No we haven’t yet, there’s just been so much else. Do you have any tips?
@OceanSpray, it's completely understandable that therapy can sometimes feel like there's so much ground to cover, and important topics may take time to address fully. In the meantime, here are a few tips that may help you begin to work towards allowing yourself to cry and express emotions more freely:

1. **Create a Safe Space:** Find a quiet and comfortable place where you feel secure and can express your emotions without fear of judgment or interruption. This can be a physical space or simply a mental space you cultivate within yourself.

2. **Journaling:** Writing down your thoughts and feelings can be a helpful way to process emotions. You can start by noting any sensations or experiences that arise when you feel like crying, even if tears don't come immediately.

3. **Mindfulness and Relaxation Techniques:** Practicing mindfulness meditation or relaxation exercises can help you become more aware of your emotions in the present moment and create a sense of calm that may make it easier to connect with your feelings.

4. **Visualization:** Close your eyes and imagine a safe and nurturing figure or place where you feel completely accepted and supported. Visualizing this comforting setting can help you tap into emotions that may be difficult to access otherwise.

5. **Self-Compassion:** Be kind and gentle with yourself as you explore these challenging emotions. It's okay to feel vulnerable, and allowing yourself to experience and express your feelings is an important part of your healing journey.

Would you be interested in trying any of these tips to see if they help you begin to break through the emotional barrier around crying? Feel free to share any thoughts or questions you have as you explore these suggestions.
 
How do I convince my brain that I am safe enough to cry?
@OceanSpray, convincing your brain that you are safe enough to cry after years of learned emotional suppression can be a gradual process that involves retraining your mind to perceive vulnerability differently. Here are some strategies to help create a sense of safety around expressing emotions like crying:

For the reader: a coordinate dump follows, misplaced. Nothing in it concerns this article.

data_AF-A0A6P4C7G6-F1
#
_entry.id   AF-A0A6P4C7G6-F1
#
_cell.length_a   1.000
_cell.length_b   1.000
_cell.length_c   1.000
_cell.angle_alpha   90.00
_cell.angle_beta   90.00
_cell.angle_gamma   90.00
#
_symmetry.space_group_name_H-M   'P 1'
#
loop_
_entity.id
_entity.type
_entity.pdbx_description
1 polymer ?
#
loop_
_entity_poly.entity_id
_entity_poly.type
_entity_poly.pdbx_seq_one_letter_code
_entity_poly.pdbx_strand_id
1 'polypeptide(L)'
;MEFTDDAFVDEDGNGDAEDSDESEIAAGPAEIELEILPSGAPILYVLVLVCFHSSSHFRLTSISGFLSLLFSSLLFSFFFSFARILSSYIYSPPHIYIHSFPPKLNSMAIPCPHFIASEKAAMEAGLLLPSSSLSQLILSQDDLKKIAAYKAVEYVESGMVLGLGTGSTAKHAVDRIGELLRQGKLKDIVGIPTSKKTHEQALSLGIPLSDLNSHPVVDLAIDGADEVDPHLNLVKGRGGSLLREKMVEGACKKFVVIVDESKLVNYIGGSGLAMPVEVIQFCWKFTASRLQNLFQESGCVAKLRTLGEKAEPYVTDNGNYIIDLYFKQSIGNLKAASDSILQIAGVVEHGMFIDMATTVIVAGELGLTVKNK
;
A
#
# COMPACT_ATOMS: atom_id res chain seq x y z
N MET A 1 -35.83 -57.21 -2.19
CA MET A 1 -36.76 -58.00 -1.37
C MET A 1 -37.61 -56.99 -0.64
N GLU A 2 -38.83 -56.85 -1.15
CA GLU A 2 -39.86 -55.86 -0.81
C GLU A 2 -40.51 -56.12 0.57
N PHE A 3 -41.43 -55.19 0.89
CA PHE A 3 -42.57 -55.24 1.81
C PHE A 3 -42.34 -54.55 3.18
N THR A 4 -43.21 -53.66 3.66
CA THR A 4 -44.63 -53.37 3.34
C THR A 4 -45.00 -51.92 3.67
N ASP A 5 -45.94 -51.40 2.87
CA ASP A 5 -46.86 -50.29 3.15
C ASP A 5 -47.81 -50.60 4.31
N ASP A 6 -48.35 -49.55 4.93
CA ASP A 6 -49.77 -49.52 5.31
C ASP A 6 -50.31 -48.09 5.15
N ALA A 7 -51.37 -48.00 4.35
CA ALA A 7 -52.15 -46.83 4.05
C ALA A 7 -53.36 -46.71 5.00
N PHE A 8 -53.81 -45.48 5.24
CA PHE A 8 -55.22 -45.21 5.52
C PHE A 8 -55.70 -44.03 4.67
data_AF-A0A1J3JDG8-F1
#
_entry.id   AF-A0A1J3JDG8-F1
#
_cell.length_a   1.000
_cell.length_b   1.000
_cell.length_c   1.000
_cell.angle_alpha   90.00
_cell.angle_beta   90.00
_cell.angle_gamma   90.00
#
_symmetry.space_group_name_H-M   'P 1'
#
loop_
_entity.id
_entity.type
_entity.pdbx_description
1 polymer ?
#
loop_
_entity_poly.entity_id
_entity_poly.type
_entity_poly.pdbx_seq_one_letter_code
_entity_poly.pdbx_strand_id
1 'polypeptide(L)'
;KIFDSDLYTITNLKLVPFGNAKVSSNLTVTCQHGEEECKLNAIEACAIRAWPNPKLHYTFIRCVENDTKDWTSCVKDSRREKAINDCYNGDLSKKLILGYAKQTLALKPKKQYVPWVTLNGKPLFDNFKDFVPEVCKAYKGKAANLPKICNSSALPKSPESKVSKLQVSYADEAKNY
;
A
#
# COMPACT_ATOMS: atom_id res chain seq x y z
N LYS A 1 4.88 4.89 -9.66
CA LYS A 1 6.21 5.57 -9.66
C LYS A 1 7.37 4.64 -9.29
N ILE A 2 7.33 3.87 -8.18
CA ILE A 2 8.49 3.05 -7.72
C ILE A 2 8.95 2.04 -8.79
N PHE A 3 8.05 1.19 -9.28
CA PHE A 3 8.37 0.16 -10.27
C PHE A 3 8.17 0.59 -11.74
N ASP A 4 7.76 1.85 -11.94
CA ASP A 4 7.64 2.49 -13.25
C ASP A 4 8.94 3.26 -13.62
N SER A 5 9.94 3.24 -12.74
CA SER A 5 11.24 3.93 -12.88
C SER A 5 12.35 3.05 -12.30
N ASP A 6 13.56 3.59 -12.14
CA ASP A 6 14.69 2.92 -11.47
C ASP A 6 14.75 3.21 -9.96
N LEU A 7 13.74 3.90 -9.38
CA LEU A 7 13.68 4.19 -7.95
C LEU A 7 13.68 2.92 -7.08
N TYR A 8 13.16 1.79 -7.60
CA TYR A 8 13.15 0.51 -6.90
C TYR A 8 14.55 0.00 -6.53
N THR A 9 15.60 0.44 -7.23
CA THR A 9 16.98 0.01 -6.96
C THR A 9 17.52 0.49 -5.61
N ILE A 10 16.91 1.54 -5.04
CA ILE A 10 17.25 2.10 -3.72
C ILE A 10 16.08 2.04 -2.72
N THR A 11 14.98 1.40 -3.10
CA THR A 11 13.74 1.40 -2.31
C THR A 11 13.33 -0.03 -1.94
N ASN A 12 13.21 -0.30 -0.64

1. **Positive Affirmations:** Repeat affirming statements to yourself that reinforce feelings of safety and acceptance. For example, "It is okay for me to express my emotions," or "I am in a safe space to feel and release my feelings."

2. **Grounding Techniques:** Engage in grounding exercises that help you connect to the present moment and your surroundings. This can help alleviate feelings of threat or danger and create a sense of stability that supports emotional expression.

3. **Self-Soothing Techniques:** Practice self-soothing activities that help regulate your emotions, such as deep breathing, gentle movement, listening to calming music, or engaging in activities that bring you comfort.

4. **Establishing Boundaries:** Set boundaries with yourself and others to create a sense of safety around emotional expression. Communicate your needs clearly and advocate for yourself in therapy and interpersonal relationships.

5. **Building Trust:** Develop a trusting relationship with your therapist and yourself. Trusting in your therapist's support and guidance can help you feel secure in exploring difficult emotions and breaking down barriers to expression.

Remember, it's normal to experience resistance or discomfort when trying to shift long-standing patterns of emotional suppression. Be patient and compassionate with yourself as you work towards building a sense of safety and allowing yourself to cry. Would you like to explore any of these strategies further or share any concerns you have about implementing them?